Passport: 'I was in my nightgown and suddenly I saw someone peering in...'

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The Independent Travel
"MY FATHER always said that our family motto should have been 'packing and unpacking'. I've always loved to travel. I first went to Italy after I left college, and since then, I've returned for many holidays."

Five years ago, Californians Frances Mayes and her husband Ed decided to make a more permanent home in Italy and bought a derelict house in Tuscany. She has written about the experience in her first book, Under the Tuscan Sun, which has sold over half-a-million copies and, for the past six months, been in the top five of the New York Times bestseller list. It is to be published in a further nine countries.

"When the book came out, so many people said that the minute they got to Italy, they felt at home. It's very mysterious, but I feel the same. My US passport finally has a wonderful long-term Italian visa in it. Getting residency there is one of those bureaucratic nightmares. I went to the consulate in San Francisco and filled out millions of forms, but eight months later, the visa still hadn't come - they'd lost the application. So I started all over again, but this time I took my book with me and handed it over with the forms. When I went back the next day, they said: 'A miracle has happened. Your visa is ready'."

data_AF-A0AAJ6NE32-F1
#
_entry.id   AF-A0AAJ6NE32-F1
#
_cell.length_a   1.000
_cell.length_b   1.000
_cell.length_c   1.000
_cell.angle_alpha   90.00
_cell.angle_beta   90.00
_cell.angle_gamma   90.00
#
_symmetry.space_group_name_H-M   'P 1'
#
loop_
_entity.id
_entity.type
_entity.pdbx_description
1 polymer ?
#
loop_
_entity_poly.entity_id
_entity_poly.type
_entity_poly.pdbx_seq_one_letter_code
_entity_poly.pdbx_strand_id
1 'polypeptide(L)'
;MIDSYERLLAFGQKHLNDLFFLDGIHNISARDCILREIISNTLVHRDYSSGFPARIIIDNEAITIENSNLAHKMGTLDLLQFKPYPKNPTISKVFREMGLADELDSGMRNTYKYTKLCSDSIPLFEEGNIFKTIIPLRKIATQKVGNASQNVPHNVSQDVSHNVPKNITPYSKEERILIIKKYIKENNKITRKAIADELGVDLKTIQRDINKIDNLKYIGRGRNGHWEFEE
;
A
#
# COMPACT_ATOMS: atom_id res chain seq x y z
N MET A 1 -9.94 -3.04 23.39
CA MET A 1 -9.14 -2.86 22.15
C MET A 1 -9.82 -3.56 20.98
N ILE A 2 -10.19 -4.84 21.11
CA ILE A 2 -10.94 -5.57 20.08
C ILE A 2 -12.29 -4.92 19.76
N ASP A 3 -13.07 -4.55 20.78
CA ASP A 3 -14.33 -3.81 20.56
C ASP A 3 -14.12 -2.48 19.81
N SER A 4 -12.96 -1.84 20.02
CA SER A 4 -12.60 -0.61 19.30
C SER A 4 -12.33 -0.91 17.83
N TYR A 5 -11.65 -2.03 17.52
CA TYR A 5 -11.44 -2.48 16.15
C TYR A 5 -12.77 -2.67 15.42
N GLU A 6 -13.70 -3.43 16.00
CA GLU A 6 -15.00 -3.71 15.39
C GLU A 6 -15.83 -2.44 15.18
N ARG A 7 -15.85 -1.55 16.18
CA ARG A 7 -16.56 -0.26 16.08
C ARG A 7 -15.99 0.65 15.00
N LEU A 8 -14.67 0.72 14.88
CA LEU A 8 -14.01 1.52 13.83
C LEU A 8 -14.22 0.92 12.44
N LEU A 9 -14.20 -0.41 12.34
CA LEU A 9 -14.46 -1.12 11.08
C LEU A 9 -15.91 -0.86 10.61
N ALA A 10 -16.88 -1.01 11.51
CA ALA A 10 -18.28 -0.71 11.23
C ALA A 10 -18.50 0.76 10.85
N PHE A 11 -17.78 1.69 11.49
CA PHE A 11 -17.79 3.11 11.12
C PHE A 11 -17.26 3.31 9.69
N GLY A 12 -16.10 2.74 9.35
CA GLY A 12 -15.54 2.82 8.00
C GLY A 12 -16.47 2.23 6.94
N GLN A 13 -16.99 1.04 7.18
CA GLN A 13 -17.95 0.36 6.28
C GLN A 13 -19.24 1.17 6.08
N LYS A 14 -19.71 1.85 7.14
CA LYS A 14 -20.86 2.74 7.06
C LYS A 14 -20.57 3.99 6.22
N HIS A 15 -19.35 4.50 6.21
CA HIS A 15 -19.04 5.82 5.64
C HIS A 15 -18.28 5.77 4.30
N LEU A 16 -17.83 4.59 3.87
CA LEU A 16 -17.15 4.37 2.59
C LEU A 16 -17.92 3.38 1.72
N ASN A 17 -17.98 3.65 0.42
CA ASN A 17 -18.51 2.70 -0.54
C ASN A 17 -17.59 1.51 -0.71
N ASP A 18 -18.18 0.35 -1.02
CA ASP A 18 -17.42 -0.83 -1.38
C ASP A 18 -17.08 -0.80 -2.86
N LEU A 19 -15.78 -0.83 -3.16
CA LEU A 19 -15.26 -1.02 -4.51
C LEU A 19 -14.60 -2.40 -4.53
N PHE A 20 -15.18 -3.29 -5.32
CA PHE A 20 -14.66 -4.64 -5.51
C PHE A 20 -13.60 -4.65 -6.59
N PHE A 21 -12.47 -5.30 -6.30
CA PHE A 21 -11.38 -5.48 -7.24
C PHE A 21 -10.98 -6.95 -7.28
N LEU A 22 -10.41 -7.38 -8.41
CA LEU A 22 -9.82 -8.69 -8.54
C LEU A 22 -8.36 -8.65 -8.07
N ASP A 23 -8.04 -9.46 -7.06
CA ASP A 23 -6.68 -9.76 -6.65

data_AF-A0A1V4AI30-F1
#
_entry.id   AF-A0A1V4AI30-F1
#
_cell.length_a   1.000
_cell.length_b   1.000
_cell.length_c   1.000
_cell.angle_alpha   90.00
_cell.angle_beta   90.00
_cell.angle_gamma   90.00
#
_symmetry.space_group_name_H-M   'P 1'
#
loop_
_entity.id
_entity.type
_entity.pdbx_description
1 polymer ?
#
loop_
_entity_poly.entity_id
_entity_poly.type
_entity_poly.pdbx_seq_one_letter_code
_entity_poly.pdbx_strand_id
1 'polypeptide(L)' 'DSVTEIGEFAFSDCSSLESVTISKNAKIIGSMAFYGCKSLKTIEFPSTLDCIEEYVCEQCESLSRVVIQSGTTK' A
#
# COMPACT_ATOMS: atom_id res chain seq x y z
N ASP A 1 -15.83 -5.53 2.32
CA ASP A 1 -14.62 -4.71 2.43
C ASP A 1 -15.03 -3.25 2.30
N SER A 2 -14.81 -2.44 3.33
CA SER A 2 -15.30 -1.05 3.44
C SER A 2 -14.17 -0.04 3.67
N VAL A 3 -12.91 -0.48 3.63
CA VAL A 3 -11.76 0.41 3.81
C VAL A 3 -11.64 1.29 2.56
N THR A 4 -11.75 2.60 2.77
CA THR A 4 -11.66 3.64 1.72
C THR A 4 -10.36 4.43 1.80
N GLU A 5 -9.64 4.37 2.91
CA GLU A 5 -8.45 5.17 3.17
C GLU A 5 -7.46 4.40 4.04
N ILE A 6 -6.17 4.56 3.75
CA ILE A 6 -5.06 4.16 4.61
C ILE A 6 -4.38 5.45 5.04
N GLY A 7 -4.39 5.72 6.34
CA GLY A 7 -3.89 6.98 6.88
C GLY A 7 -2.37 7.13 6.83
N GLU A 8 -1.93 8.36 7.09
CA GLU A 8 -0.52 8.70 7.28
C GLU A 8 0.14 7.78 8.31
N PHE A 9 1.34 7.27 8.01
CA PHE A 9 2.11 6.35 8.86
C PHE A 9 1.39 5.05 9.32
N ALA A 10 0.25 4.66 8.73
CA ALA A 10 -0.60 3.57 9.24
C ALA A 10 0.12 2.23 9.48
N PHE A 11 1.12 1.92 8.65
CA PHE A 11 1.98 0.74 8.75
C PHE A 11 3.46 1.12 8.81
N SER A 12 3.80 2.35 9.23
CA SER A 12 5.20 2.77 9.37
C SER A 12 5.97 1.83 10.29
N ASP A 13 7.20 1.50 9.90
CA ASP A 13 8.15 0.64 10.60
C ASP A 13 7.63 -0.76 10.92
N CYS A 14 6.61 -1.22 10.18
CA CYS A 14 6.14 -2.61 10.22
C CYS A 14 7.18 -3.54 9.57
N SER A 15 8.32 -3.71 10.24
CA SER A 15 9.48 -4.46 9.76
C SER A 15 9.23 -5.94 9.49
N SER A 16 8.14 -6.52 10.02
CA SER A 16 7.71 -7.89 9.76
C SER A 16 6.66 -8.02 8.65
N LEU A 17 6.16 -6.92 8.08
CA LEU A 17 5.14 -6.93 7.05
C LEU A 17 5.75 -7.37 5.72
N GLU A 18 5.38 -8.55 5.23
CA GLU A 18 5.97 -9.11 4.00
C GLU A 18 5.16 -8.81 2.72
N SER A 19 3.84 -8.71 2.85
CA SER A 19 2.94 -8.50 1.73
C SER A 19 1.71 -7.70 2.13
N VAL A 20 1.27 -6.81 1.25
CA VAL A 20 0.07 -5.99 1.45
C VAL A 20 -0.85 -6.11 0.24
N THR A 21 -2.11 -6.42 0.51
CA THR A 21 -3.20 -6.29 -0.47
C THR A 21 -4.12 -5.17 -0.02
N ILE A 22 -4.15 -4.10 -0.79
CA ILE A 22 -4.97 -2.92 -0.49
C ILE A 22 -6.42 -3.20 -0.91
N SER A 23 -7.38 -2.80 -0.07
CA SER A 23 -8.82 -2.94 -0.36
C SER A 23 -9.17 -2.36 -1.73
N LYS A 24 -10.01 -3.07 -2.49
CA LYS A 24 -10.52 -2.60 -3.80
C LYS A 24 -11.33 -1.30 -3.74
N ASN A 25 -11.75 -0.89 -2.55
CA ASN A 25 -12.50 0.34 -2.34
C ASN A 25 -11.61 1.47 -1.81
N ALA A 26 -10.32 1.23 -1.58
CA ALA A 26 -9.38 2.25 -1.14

Frances teaches poetry and creative writing at San Francisco State University, which allows her a three-month vacation each summer to work on the property. She and Ed also go there just before Christmas each year to harvest olive oil from their trees. "The house had been abandoned for 30 years and it has been a lot of work but we've nearly finished its restoration. The main problem was the land, it was so overgrown. We're still trying to return it to a properly functioning farm."

Last year, Frances did the obligatory promotional expedition through 30 cities in the States. "I hadn't travelled in America for a long time and it was really fun. A lot of authors moan about 'the book tour', but I loved it. I got to go to so many places I wouldn't normally visit."

Is Frances worried that readers will descend on her hideaway a la Peter Mayle, and that they themselves will become a tourist attraction? "We had to put up a 'please do not disturb' sign because one morning, I was in the living-room in my nightgown and suddenly I saw someone peering through the window. They'd read the book and wanted a closer look. It is a natural impulse to want to see. I once went to the South of France to see where the novelist Colette grew up."

The nearby Tuscan town of Cortona, however, is delighted at the prospect of a pilgrimage heading its way. "It has never really been on the tourist route and, so far, the locals have been thrilled that someone has written a book about them."

'Under the Tuscan Sun', published by Bantam, is available in paperback for pounds 6.99.

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